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Dodge vs. Ford: The Ways They Lived and Worked (#AASLHMMA2016 Tour Spotlight)

by Madelyn Rzadkowolski, Curator, Meadow Brook Hall, Rochester, MI on

Dodge vs. Ford: The Ways They Lived and Worked is a tour option at the 2016 AASLH/MMA Conference in Detroit on Saturday, September 17 from 8:30-1:00 pm. Tickets are $35. Guests will have the option to be transported to the Unconference at The Henry Ford/Greenfield Village after the tour.

On June 16, 1903, Ford Motor Company was incorporated with the signatures of Henry Ford, John and Horace Dodge and nine other investors. Beyond the launch of what is arguably the most successful car manufactory in history, the day also started a nearly two-decade long battle of wills between Henry Ford and John Dodge.

Clara and Henry Ford, Living Room, Fair Lane, ca. 1932

Clara and Henry Ford, Living Room, Fair Lane, ca. 1932

With their larger-than-life personalities and strong–and sometimes opposite–ideas of business, John Dodge and Henry Ford often butted heads. Remarkably, despite lawsuits, business separations and outright discord, the constant of their relationship was mutual respect. Through video and visits to their country estates, this tour will explore the men behind the gossip to learn how they maintained friendship while growing their own brands.

In the beginning, without the resources to produce his own engine components, Henry Ford contracted with machine shops to manufacture parts, which were then transported to his shop for assembly into his iconic automobile. From 1903 to 1914, some 60% of Ford car parts were built by the machine shop owned by brothers John and Horace Dodge. In 1913/14, the brothers opted out of the Ford contract and started a car company in their own name, Dodge Brothers Motor Company, causing a nearly irreparable rift between them and their former partner, Henry Ford.

 

Brothers John (left) and Horace Dodge were major parts suppliers to Ford Motor Company before launching Dodge Brothers Motor Company.

Brothers John (left) and Horace Dodge were major parts suppliers to Ford Motor Company before launching Dodge Brothers Motor Company.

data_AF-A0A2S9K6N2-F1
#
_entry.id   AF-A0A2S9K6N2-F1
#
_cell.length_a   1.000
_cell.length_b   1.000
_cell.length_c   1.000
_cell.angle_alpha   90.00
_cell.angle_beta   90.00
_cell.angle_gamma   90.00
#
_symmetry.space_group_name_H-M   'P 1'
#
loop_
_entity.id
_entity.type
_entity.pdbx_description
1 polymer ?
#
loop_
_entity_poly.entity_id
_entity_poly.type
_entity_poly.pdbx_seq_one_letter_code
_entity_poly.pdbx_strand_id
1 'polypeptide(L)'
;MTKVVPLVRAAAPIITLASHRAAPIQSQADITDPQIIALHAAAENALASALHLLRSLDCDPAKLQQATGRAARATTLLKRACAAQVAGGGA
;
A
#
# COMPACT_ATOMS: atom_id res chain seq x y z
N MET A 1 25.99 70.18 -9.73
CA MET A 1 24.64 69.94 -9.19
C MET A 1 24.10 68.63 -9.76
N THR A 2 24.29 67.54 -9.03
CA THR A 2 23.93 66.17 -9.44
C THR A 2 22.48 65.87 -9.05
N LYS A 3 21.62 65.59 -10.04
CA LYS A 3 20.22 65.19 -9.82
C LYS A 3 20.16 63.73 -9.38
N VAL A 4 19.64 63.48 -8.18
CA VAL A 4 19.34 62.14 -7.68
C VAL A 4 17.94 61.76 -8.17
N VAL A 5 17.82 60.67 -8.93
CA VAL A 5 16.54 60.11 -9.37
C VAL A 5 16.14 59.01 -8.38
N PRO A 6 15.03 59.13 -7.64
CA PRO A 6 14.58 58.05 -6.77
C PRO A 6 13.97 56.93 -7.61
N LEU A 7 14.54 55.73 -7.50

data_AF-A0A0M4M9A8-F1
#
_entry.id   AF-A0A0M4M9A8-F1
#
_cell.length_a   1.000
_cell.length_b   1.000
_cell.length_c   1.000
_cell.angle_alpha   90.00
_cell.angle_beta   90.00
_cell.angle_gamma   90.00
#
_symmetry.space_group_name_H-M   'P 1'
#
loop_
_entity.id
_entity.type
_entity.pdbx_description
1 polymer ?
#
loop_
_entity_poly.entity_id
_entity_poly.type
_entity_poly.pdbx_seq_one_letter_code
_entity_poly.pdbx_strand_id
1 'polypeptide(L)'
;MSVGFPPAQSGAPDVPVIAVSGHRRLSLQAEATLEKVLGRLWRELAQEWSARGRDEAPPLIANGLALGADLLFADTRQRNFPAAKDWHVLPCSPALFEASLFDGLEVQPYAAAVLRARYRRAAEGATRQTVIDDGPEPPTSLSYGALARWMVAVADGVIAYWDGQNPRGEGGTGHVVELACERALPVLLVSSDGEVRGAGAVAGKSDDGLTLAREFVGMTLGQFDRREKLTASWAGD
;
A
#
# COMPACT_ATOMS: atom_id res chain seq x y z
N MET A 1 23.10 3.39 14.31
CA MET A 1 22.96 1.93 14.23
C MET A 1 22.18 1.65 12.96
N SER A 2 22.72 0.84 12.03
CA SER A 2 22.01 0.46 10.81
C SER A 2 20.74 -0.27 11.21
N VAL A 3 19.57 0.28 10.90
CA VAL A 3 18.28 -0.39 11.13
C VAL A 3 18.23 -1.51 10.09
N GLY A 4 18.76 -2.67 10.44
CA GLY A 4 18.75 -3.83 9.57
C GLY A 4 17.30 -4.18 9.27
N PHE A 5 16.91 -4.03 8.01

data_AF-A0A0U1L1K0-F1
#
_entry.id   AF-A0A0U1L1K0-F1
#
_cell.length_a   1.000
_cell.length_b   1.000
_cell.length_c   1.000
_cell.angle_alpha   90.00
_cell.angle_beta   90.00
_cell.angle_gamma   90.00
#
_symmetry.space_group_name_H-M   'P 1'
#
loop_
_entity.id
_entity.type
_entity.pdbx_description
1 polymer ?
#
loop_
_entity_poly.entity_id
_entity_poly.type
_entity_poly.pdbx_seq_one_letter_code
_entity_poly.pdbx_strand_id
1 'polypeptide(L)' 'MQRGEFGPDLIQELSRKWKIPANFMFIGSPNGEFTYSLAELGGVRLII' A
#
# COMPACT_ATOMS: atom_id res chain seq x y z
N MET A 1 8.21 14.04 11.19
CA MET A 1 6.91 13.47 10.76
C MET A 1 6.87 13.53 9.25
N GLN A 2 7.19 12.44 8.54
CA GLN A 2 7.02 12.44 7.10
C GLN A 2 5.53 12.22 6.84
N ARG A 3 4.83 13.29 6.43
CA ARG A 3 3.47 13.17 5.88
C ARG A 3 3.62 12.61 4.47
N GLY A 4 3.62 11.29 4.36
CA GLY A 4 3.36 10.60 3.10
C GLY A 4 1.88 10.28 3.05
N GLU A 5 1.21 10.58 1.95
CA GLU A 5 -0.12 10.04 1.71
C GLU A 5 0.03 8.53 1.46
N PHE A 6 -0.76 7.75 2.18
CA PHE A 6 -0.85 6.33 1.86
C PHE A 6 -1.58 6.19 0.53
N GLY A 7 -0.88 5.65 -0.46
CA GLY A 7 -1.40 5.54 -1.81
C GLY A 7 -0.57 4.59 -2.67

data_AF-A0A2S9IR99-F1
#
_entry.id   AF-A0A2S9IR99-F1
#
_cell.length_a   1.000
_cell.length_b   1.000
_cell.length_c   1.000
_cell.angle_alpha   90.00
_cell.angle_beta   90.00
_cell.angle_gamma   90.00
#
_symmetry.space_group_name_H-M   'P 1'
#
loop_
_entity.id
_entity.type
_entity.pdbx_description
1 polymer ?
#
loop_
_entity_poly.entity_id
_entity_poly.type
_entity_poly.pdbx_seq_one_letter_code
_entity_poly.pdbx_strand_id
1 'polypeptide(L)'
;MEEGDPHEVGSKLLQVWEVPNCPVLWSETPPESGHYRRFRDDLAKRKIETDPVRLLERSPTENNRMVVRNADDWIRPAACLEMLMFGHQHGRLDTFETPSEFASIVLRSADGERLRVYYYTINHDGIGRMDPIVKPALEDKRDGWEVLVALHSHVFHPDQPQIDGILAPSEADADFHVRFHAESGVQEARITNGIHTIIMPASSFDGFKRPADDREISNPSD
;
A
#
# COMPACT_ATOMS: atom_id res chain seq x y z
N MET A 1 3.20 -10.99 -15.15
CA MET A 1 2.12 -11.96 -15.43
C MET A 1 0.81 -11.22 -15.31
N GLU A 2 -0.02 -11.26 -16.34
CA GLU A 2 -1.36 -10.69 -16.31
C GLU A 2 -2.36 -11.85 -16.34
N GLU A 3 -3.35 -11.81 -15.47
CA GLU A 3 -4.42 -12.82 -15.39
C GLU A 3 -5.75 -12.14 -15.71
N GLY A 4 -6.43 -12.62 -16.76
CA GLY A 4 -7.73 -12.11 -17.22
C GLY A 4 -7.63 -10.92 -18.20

John and Horace designed the first model and secretly test drove it on the rolling hills of John’s country farm estate in Rochester, about an hour north of Detroit. Six years following his death in 1920, John’s widow Matilda and her second husband, Alfred Wilson, built the 110-room Tudor Revival home Meadow Brook Hall on the property. In 1957, the Wilsons donated their 1,500-acre agricultural estate, the buildings including Meadow Brook Hall, and $2 million to Michigan State University to found what is today Oakland University. Now a historic house museum and cultural center in the historic district of a thriving campus, Meadow Brook stands as a testament to a visionary act of philanthropy, a generous response to the question, “What would you do if you were a millionaire?”

 

© Theresa Finck Photography 2012

Meadow Brook Hall

An hour away lies a property with a similarly agrarian-minded owner and an educational provenance: Henry Ford’s Fair Lane. Henry Ford and John Dodge were estate makers, extending the Country Place movement into the early 20th century with the millions they made in the automotive industry and their interest in agricultural pursuits. On his estate, Henry Ford built the 56-room Prairie style manor Fair Lane. In 1957, Ford Motor Company donated Fair Lane and 210 acres to the University of Michigan to create a branch campus. Also operated as a museum and convention center over the years, the home was recently transferred to the management umbrella of another historic house museum, Edsel & Eleanor Ford House, the home of Henry’s son Edsel and his family.

Fair Lane Mansion

Fair Lane

Today, National Historic Landmarks Fair Lane and Meadow Brook Hall represent two models of the historic house museum: the past and perhaps the future. The long-standing model of a house museum (a home without an endowment being preserved because of its important design and/or illustrious family) has been in distress for quite some time. Meadow Brook Hall has been able to beat the odds, despite being self-sustained and requiring some $8,300 a day to fund public museum and community cultural center activity plus another $1,300 a day for preservation and conservation. Through donor support that includes the Matilda R. Wilson Fund and operational revenue, administrators have successfully raised every dollar spent on preservation, conservation and general maintenance. Most of the furniture, decorative arts and textiles are original and are seen on the guided tour.

 

Fair Lane

Fair Lane

Fair Lane, on the other hand, experienced many changes over the years with various ownerships (The Ford Family, Ford Motor Company, University of Michigan) and the sale of its  original furnishings and collections. Administrators are painstakingly raising capital and operating funds, along with an endowment, while restoring the home to its original ca. 1919 appearance. Additionally, all original furnishings will be replicated (“authentic recreation”) permitting visitors an immersive experience barring any 21st century limitations or barriers.  These restoration and re-creation efforts are being planned with the goal of sharing the process with visitors through intimate and controlled tours while learning about the Fords, the home’s history, the future of the estate and leveraging invaluable interaction with researchers, artisans and conservators. This will be the first chance for museum professionals to visit Fair Lane and learn how a new model for historic homes is being designed in Michigan.

To register for the 2016 AASLH/MMA Annual Meeting, visit the conference home page: about.aaslh.org/conference

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